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All Ireland Football Championship: How Kieran McGeeney has made Kildare so much fun to watch

By Micheal McGeary

When Kieran McGeeney was appointed Kildare manager, the expectation was that the new boss would convert the Lily Whites to the Armagh way of football.

But with the Mullaghbawn native it’s always a danger trying to second guess him.

The general perception was that Kildare would become dour and resolute with the emphasis very much on defence.

During their final years, Joe Kernan's Armagh came to epitomise a style of play with the emphasis on the physical.

And their centre half-back seemed the unsmiling personification of these utilitarian virtues.

The prospect of his assuming the reins of a Kildare team who were not notably brimming with the joys of spring wasn’t exactly mouthwatering.

It just goes to show you can never be sure of anything in sport.

Because McGeeney has turned Kildare into the most exciting, stylish and downright attractive team in the country.

The man portrayed as a footballing version of the Grim Reaper, but without the light touch and sparkling sense of humour, has confounded everyone by producing a team which is more fun to watch than any of their rivals.

Last year the Lily Whites served notice of how much they've changed by playing a huge part in the two best games of the championship — their Leinster final loss to Dublin and their All Ireland quarter-final defeat by Tyrone.

And this year they've delivered on the promise of their performances, their scintillating display against Meath only the most obvious demonstration of the virtues which have made them the highest-scoring team in the Championship with an average of almost 19 points per game.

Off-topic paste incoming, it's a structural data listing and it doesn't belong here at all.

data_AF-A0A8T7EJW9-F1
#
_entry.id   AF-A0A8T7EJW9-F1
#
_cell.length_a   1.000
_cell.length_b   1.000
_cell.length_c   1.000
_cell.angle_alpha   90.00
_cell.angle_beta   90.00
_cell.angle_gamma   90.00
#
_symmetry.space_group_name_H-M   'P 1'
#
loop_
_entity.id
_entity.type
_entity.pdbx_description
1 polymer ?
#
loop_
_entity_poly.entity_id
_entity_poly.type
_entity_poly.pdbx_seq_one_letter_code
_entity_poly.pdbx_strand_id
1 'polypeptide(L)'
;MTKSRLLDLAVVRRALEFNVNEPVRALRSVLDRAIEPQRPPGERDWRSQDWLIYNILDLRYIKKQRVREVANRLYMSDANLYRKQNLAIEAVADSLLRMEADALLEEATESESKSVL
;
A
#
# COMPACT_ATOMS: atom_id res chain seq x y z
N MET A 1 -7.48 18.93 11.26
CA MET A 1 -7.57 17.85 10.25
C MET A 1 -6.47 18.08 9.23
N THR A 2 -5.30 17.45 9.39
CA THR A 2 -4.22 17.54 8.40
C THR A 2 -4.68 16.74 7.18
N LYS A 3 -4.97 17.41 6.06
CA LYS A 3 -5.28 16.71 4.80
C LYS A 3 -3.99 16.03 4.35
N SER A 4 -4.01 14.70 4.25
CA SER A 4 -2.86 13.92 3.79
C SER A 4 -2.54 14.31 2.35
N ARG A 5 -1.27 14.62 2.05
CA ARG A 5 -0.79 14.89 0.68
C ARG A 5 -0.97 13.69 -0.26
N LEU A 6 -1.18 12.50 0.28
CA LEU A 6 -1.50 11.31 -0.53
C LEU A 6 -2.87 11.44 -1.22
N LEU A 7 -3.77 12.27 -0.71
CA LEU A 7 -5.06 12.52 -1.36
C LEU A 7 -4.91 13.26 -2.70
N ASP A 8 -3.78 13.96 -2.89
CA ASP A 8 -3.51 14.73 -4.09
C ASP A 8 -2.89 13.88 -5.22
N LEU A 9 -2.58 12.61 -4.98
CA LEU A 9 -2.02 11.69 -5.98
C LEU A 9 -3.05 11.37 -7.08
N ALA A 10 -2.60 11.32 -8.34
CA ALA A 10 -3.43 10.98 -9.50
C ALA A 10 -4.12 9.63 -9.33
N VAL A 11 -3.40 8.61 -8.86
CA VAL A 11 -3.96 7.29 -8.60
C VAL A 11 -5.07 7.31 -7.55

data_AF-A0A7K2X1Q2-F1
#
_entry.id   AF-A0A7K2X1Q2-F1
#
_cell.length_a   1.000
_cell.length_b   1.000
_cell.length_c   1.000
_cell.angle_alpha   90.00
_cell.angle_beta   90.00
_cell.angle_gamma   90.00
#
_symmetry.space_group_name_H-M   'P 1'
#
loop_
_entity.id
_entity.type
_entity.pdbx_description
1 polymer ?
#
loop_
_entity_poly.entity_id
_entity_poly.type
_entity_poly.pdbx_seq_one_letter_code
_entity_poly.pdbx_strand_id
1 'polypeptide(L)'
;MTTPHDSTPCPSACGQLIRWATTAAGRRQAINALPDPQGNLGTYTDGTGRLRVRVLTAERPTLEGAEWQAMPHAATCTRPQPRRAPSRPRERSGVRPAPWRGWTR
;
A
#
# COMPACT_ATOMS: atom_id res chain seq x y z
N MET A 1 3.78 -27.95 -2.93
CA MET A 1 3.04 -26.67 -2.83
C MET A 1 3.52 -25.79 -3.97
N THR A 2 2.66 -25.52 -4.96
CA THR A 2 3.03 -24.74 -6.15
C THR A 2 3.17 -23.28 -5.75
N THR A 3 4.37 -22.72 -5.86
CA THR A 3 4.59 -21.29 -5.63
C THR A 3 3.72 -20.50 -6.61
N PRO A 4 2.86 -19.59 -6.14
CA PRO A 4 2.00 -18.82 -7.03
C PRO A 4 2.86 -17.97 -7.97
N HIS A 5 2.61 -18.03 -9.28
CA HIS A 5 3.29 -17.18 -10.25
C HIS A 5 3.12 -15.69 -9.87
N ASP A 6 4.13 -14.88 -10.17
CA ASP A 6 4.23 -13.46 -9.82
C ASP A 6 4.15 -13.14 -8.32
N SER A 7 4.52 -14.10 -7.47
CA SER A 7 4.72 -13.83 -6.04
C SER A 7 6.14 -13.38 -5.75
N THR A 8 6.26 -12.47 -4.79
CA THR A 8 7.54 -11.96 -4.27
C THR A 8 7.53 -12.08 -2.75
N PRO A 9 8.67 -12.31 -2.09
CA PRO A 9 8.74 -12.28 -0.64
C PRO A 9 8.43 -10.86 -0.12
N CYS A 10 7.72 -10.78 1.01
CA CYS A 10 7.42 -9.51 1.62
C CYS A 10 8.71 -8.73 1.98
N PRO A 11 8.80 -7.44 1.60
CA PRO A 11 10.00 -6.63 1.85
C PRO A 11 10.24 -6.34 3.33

All Ireland finalists Cork, tipped as champions in waiting, are running at under 16 points a match, despite having a pool of outstanding natural attackers McGeeney could only dream of picking from.

Instead, he has achieved something which marks him out as a manager of the very highest quality, coaxing superb performances from players not previously regarded as among the game's elite. The likes of James Kavanagh, Pádraig O'Neill, Eamonn Callaghan, Eoghan O'Flaherty and Alan Smith have all disclosed previously unsuspected depths of talent under the manager’s guidance.

This ability to get the very best out of unregarded players suggests that if McGeeney keeps going at this rate, Gaelic football may have found its Brian Clough.

Most remarkable of all, Kildare's game is founded on a high level of sportsmanship. The Lily Whites committed just 14 fouls against Meath. By comparison, the Dubs perpetrated a cynical 33 against Tyrone. More than anyone else, Kildare are playing the game the way it should be played.

Even their blackest day under McGeeney, this year's first round defeat by Louth, probably occurred because the team erred on the side of swashbuckling.

It was a tough 70 minutes for a Kildare fan but the 1-22 to 1-16 shoot-out was a whole bundle of fun for neutrals.

McGeeney, with former Armagh colleague Aidan O’Rourke alongside, is ratcheting up the football intensity.

He sends forth a side which plays with devil-may-care abandon and a rare sense of joy.

Kieran McGeeney has, against all the odds, become Gaelic football's apostle of positivity.

Belfast Telegraph

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